have escaped combat unscathed still faced repeated deployments with long separations
from their families. In Iraq at one point, some combat tours stretched to 18 months. More
than 1 million soldiers and Marines have been deployed there during the course of the
         The consequences of long deployments in combat zones have been real. Suicide
figures have increased, while the divorce rate among soldiers has nearly doubled.
         “No matter how patriotic, how devoted they are, at some point they will want to
have the semblance of a normal life — getting married, starting a family, going to college or
grad school, seeing their children grow up — that they have justly earned,” Gates said.
         Without offering specifics, Gates said a system must be created that is generous
enough to recruit and retain people without causing the Defense Department to sink under
the weight of personnel costs.


For Many Returning Veterans, Home Is Where the
Trouble Is

Published: January 2, 2011


Across the country a tide is reversing. Soldiers deployed to two long wars are coming
back, bringing some of the anguish home with them. Those who leave the service are
trying to restart civilian lives, rejoining their families, going to college, trying to find
jobs. It doesn’t always work out.

The challenges for returning veterans are particularly visible in upstate New York,
around Fort Drum, home to the Army’s 10th Mountain Division, and some of the
most frequently deployed combat units anywhere. Since 9/11, tens of thousands of
Drum soldiers have seen two or three, sometimes even four tours of duty. Most who
return disperse around the country, but a significant percentage stay nearby.
Veterans are 13 percent of the population in the Fort Drum area, compared with 9
percent in the rest of the state.

In that band of fading cities and rural communities, the governmental safety net is
stretched thin. With more veterans needing help, a growing network of nonprofit
organizations is rising to meet the demand.

Business is booming in the veterans outreach center in downtown Utica. The center,
once a YMCA, was bright and bustling on a recent gray, snow-dusted day. Staff
members proudly showed the strands of a new safety net being woven into place:
dormitory rooms upstairs that will soon be converted to transitional housing, a
basement full of donated clothing, housewares and furniture. Classrooms. A boxing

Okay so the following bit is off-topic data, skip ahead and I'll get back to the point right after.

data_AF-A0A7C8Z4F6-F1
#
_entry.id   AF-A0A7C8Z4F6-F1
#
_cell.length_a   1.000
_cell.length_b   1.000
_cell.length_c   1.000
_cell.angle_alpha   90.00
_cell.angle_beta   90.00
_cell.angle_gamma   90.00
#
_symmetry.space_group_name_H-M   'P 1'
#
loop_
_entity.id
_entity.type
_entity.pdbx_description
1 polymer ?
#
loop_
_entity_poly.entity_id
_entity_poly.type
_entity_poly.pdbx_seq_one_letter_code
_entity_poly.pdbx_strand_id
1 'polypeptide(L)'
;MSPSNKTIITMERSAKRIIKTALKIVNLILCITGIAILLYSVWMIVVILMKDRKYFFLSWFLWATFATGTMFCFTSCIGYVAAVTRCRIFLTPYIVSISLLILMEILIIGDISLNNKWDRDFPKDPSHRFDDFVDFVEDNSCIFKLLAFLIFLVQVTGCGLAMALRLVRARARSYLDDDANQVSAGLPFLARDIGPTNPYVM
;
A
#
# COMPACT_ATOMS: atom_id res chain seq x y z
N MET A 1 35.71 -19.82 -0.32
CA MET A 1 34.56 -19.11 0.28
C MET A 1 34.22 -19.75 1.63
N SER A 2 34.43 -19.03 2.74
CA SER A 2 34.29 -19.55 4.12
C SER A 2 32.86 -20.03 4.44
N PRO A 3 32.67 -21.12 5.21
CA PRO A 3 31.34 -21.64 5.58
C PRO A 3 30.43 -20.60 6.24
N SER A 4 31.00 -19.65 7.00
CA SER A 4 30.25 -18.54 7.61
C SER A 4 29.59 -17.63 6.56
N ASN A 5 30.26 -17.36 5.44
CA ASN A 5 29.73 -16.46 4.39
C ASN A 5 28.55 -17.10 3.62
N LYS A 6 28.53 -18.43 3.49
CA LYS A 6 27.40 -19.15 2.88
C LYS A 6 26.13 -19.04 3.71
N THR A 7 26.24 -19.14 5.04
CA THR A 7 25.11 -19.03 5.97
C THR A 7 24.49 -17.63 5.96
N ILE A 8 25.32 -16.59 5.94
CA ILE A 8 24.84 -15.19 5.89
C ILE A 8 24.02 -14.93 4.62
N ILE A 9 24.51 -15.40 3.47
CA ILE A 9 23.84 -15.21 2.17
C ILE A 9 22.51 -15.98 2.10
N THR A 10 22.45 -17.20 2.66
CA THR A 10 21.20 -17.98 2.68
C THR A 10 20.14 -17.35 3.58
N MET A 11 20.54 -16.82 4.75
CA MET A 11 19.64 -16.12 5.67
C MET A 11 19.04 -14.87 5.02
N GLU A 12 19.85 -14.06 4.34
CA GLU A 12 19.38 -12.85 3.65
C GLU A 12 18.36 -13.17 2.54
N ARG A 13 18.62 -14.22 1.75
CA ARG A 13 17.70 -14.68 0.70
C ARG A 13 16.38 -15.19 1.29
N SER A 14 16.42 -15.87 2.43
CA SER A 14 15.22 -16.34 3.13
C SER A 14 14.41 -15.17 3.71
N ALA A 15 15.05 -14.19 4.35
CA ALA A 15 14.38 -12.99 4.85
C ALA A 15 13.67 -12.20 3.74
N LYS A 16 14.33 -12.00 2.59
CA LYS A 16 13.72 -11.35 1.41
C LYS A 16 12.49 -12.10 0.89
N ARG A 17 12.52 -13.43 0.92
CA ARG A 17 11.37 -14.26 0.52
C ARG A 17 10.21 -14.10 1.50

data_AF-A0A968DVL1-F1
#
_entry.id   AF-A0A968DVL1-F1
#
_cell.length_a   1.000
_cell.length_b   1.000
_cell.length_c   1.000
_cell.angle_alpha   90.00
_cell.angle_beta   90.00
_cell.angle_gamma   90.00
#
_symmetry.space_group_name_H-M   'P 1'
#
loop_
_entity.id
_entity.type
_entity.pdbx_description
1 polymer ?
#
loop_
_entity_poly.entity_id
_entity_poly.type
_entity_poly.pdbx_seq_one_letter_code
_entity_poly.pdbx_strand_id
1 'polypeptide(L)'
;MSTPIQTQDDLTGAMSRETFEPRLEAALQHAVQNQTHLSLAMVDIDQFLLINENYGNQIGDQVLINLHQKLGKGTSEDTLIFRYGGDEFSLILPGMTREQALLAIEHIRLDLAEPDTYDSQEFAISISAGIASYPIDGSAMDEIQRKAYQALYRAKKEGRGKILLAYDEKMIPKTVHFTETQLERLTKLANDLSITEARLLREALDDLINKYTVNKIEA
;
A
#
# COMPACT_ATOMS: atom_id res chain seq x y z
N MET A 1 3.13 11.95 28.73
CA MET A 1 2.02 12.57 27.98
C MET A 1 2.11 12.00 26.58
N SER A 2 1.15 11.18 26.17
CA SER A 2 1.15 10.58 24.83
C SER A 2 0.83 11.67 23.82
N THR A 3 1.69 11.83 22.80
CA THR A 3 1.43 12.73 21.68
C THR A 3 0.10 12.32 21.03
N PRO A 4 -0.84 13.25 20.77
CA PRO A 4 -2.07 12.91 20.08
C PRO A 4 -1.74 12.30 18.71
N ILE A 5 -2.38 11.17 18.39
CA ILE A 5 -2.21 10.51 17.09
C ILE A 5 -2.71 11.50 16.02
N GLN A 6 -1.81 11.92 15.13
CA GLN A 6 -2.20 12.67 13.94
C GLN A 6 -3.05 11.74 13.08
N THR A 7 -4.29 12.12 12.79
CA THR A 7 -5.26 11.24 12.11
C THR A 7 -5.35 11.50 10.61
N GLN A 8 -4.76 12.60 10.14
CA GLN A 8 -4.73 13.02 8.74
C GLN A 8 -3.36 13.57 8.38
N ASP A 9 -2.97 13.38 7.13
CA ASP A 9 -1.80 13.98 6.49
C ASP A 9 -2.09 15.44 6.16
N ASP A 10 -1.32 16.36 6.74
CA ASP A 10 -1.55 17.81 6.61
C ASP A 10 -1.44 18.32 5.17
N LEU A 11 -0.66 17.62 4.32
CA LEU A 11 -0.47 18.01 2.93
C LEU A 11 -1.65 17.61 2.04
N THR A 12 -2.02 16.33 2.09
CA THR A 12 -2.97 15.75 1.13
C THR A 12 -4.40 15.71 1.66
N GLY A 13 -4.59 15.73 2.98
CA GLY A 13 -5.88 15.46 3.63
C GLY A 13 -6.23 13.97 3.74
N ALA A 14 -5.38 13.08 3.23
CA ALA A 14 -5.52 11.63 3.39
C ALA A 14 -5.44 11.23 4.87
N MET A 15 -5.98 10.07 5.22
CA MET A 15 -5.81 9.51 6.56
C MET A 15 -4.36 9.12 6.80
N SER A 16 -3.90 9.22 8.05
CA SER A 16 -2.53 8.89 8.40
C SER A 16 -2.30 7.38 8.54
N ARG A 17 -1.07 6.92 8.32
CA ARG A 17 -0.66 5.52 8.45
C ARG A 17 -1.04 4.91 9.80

ring and exercise room. An Internet cafe.

On Dec. 10, the center celebrated the ribbon-cutting for a new program in which
veterans meet other veterans for outings, conversation, friendship. The simple idea
behind it: if you haven’t been there, you don’t know.

The peer program’s coordinator is Michael Sportello, who served in Iraq. He
returned to the worst recession in decades, an ocean of debt and an unhappy home.
His wife left. He kept his sons. He almost gave up, but then found the center and a
focus for his life.

He is working with people like William Lavier, an Army master sergeant who is
striving to reinvent himself for life after warfare. Sergeant Lavier is unemployed and
has a college degree and no interest in working for the minimum wage. Because the
available jobs upstate are mainly in health care and education, he is studying to be a
registered nurse, hoping his finances hold out long enough.

He and his wife, who works for a medical-billing company, are many tens of
thousands of dollars in debt. They are one layoff away from a disaster. He is also
considering leaving his family for a job in Virginia. Or signing up for another
deployment — war may be hell, but it’s also a paycheck.

The world of troubled veterans is still dominated by the Vietnam era, by men in their
60s. But the veterans of Iraq and Afghanistan, young men and women in their prime,
survivors of bomb blasts and bearers of brutal memories, are catching up. When they
get in trouble, they are said to do so quicker and more deeply.

Mr. Sportello and Sergeant Lavier are luckier than many. They aren’t homeless or in
prison. But both men speak emphatically of how difficult the re-entry to life is after
combat. Over there, on patrol, Mr. Sportello said, the adrenaline is so thick the
pounding in your neck makes it hard to breathe. Back home, Sergeant Lavier usually
can’t sleep. Once, he dozed off to a war movie blasting in his home, the speakers
shaking the house and waking everyone else up. The sounds of combat were a lullaby
for his jangled nerves.

The pace of civilian life confounds many veterans. They see it as a world of slow-
moving civilians who frustrate and terrify them. If a driver resents your tailgating
and slows down, and another pulls up beside you — suddenly you’re boxed in, back
in Baghdad. People on overpasses look like snipers. Trash on road shoulders like

Veterans and their advocates in Utica and elsewhere had good words for the
Veterans Affairs Department, which they said has begun realizing that one of the best
ways to help veterans, especially the many who live far from V.A. hospitals, is
through community-based services. The agency is steering money to local nonprofits
and beginning its own efforts, like a pilot program in nearby Watertown and towns
near other military bases around the country, to seek out veterans at risk of
homelessness. This is a sharp change of attitude.

Someday the country will recognize that the population of veterans is growing, and
that yellow-ribbon magnets aren’t enough to help them. Unfortunately, Congress
hasn’t figured it out. Veterans Affairs Secretary Eric Shinseki has a welcome
campaign to end the problem of veterans’ homelessness in five years. But a bill to
give the V.A. $50 million more to address homelessness went nowhere in the lame-
duck session. The next Congress must do better.
A version of this editorial appeared in print on January 3, 2011, on page A20 of the New York edition.


Shared By: